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EFFECT OF COVID-19 ON NIGERIA’S ECONOMY AND AVAILABLE LEGAL OPTIONS FOR EMPLOYERS

EFFECT OF COVID19 ON NIGERIA’S ECONOMY AND AVAILABLE LEGAL OPTIONS FOR EMPLOYERS

 

The COVID-19 pandemic has been sudden and significant. The move from business as usual to crisis response is drastic and far-reaching. While truly exceptional, the pandemic illustrates the importance of proactive business planning and robust risk management systems, with companies’ ability to respond to shocks and adapt to changing circumstances are closely monitored.

Beyond the tragic health crises and reduced human social interactions, the economic uncertainties, and disruptions that have resulted come at a significant cost to the global economy. The United Nations Trade and Development Agency (UNCTAD) put the cost of the outbreak at about US$2 trillion in 2020.

 

Most central banks, rating agencies and independent economic experts around the world have taken solace in the prediction that the impacts might be sharp but short-lived, and economic activities would return to normal thereafter. This line of thought mirrors the thinking of the events that shaped the 2007 global financial crisis.

 

However, it is quite instructive to note that the 2007 crisis which emanated from the United States’ subprime mortgage crisis was mainly an economic phenomenon, with it’s fallout spreading across many regions of the world. When compared to COVID-19, the 2007 crisis could be described as minor and manageable. The tumultuous events that COVID-19 had spread across the globe cut across every facet of human existence and the consequences may linger beyond the second half of 2020.

COVID-19 has also very much brought to limelight the role and impacts on employees. The recent events have reminded both individuals and companies how they depend on humans for essential functions, while also illustrating the fragile position of many professions. Eighty-one percent of the global workforce lives in countries with mandatory or recommended workplace closures, and projections indicate that the reduction in economic activity and working time in Q2 2020 could add up to a decrease of an equivalent of 195 million full-time positions globally, albeit that related countermeasures will likely result in lower redundancy levels than that. Nevertheless, direct and indirect workforce consequences are vast and companies and investors alike should be mindful of not overlooking the long-term implications, as well as lessons, regarding human capital.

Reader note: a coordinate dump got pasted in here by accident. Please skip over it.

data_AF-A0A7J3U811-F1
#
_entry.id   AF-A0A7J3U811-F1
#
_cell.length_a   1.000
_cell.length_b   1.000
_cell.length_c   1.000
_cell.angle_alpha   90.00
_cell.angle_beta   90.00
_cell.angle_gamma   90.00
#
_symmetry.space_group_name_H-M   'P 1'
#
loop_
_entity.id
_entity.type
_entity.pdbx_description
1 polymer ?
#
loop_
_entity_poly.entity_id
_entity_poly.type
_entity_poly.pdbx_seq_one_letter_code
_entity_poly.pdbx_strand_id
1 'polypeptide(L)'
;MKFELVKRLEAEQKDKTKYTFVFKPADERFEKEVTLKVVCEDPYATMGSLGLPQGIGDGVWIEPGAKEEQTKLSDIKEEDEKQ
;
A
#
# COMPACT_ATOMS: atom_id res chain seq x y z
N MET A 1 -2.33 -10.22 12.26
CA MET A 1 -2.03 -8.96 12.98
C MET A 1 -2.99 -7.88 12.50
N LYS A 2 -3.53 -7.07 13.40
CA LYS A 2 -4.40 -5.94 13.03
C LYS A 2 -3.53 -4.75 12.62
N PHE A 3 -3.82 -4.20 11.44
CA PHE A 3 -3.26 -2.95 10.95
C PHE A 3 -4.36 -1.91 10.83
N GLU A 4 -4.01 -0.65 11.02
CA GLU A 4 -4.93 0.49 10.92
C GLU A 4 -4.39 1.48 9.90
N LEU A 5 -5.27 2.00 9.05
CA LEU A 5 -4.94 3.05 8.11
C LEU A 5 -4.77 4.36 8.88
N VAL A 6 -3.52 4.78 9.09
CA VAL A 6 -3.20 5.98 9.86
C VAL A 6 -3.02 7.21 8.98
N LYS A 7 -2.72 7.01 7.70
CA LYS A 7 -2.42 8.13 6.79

COVID-19 has created a lot of anxiety among employees since the immediate response has rightly focused on acute needs of people. Government’s near-term resiliency measures serve an important purpose, we should not lose sight of the fact that, even though the strategies currently being deployed to the citizenry are geared towards the poor and not necessarily those in the informal sector, it emboldens the palpable fear that has engulfed the global labour sphere.

 

The sad news from Canberra, Australia centres on Virgin Australia, the nation’s second-largest airline disclosure it had entered voluntary administration, seeking bankruptcy protection after a debt crisis worsened by the coronavirus shutdown pushed it into insolvency. Virgin Australia is one of the first major airlines to seek bankruptcy protection in response to the pandemic.  Recent news from the United States of America is not exciting both on the monumental loss recorded by America Airline to the tune of $2.2billion, Delta Airlines pegged its loss to $534 million and South West acclaimed loss of $94 million dollars.

 

Here in Nigeria, following the suspension of flights occasioned by the COVID-19 pandemic, the management of Arik Air, one of the major airlines in the country, has announced an 80% pay cut for all members of staff of the company with effect from April. Besides, as from May 1st, 2020, 90% of the staff will proceed on leave without pay until further notice. The possibilities to properly prepare beforehand may have been somewhat limited in this case, but it can be agreed that strategic, well-reasoned thinking is better than intuitive, gut reacting.